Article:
Tim Quinn Re-Elected To House Seat 53

Nov 9, 2018

Credit Utah House of Representatives

With a 400 vote win over Democrat Meaghan Miller, Republican Representative Tim Quinn will retain his seat in the Utah House of representatives.

Republican Tim Quinn represents State House district 54 which covers Summit and Wasatch County. Quinn spoke with KPCW the day after the election. He said the legislature will be busy making adjustments to the three propositions that Utah citizens passed.

“Anytime there’s a ballot proposition there’s going to be consequences, just like sometimes when we pass legislation there’s unintended consequences." Quinn continued, "There’ll be things that we’ll have to go in and make adjustments to to make sure that everything is constitutional that everything reconciles with other statutes on the book. For example, Proposition 2 made void 12 Medicaid statutes that we already had on the books. If there were not going to be a compromise, we would have had to go in and make changes just to restore those 12 statutes of Medicaid that the proposition would have made void. I’m sure an unintended consequence but yet it was a reality. We’ll look at each of these propositions and see if there needs to be some tinkering done to make sure that they can be executed efficiently but the people have spoken. So, I’m sure that the legislative body will respect that decision and move forward.”

Proposition 2, which will legalize medical marijuana passed winning 53% of the vote. Utah legislators struck down bills that would legalize medical marijuana in 2015, and 2016. This year they passed a limited bill that would allow terminally ill patients to try marijuana. Quinn says the passing of Proposition 2 was not necessary with the compromise medical marijuana legislation set to come in a special legislative session at the end of this year.

“The vote was almost irrelevant." Quinn explained, "I think it does send a message, but we’ve already drafted both sides of the issue. We will be called into special session either mid-November or early December whatever the governor decides. We will debate and possibly make a few changes on the floor but probably not and pass a compromise piece of legislation that will truly give patients the opportunity to use. Where they and their physician in consultation with a pharmacist, they believe medical cannabis can be helpful to them. They will be able to have access to that while the proposition the way it was worded would have allowed for recreational marijuana and people are going to argue that all day long. Even those people who wrote the proposition at the end of the day agreed, you’re right it was not well written. There’s an argument to be made that anybody who was caught with marijuana even if they did not have it for medical reasons could reverse engineer it and say yeah but all I had to do was go to my doctor and I could have received it and they would not have been prosecuted. It was a recreational bill. It tightened up some of those loose ends and it will give what I believe both sides wanted and that is truly a medical marijuana piece of legislation.”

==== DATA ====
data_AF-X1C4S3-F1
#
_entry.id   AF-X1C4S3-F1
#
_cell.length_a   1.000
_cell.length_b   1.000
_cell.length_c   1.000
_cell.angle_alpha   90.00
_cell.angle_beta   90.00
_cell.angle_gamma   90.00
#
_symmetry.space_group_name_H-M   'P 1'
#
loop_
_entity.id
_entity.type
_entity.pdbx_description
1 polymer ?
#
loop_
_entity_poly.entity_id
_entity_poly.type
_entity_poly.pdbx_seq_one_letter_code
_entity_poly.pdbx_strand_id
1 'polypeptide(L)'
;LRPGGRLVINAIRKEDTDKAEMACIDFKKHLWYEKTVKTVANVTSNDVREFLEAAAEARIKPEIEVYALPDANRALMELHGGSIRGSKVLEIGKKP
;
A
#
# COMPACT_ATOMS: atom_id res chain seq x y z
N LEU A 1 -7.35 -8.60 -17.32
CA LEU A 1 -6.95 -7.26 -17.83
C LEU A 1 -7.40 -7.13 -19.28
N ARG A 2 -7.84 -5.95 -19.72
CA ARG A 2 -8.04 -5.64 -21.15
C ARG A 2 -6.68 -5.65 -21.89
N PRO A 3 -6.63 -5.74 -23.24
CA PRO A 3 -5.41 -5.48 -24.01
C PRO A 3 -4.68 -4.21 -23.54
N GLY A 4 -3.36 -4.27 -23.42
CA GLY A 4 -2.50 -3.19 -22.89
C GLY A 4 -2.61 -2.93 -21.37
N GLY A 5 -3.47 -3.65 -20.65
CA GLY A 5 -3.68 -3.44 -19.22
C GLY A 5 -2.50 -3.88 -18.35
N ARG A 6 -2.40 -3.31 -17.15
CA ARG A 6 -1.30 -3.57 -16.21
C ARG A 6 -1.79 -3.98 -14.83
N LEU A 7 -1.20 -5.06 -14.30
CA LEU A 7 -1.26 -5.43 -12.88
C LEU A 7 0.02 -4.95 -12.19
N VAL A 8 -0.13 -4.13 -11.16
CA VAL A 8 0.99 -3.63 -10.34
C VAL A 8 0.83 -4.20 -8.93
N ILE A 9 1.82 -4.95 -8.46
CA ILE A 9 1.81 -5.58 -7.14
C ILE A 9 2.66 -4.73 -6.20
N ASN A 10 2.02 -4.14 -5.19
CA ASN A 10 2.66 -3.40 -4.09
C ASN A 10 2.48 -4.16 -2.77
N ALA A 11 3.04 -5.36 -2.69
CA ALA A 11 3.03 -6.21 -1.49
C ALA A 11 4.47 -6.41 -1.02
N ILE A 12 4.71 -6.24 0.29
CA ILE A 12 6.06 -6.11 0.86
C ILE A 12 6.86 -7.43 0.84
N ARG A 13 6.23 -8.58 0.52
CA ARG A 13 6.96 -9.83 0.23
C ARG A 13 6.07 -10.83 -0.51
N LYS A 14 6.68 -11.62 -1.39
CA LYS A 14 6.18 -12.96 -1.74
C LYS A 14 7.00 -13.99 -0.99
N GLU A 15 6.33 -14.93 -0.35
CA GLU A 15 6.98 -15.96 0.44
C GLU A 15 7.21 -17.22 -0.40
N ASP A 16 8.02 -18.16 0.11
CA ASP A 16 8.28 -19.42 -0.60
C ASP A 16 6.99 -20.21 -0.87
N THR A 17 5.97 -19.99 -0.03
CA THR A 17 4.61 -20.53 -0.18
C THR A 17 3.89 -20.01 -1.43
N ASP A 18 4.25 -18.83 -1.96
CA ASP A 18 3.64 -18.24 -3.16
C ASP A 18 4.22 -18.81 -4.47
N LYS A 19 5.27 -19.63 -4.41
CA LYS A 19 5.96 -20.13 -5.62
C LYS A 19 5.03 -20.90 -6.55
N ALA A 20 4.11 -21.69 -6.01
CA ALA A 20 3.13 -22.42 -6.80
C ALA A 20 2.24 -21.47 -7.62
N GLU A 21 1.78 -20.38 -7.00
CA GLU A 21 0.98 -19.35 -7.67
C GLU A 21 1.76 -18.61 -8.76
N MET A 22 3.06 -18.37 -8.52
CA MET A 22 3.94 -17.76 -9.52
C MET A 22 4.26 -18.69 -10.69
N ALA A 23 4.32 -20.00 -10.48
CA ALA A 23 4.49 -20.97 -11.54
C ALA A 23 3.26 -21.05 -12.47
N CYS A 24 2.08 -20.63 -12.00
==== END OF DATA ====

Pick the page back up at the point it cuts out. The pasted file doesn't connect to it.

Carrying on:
KPCW asked Representative Quinn if the compromise legislation would take immediate effect.

“I can’t answer the question because some revisions just this past week." Quinn said, "I haven’t seen that legislation yet, that revised piece, to know if it takes effect immediately. Usually our legislation is months out for some reason though I believe that this one will take effect fairly quickly.”

With Propositions 2, 3 and 4 all passing. We asked Quinn if there’s a lesson the state legislature could take from the citizen sponsored initiatives.

“I don’t’ know that there’s a lesson to be learned." Quinn continued, "For example, Medicaid expansion is something that yes, the people have spoken but there’s a dollar side to this that we will have to make adjustments for to make sure that we have the budget to cover this. We look at other states that have done this Kentucky’s a great example, Nevada’s a great example. Kentucky thought that they would increase the enrollment in the Medicaid expansion. They were an early expander to ACA. They thought they would have 188,000 new enrollees they wound up with 433,000 new enrollees. They have a $300 million deficit yearly because of the Medicaid expansion. There is a budget side to this we will have to figure out how we’re going to pay for it.”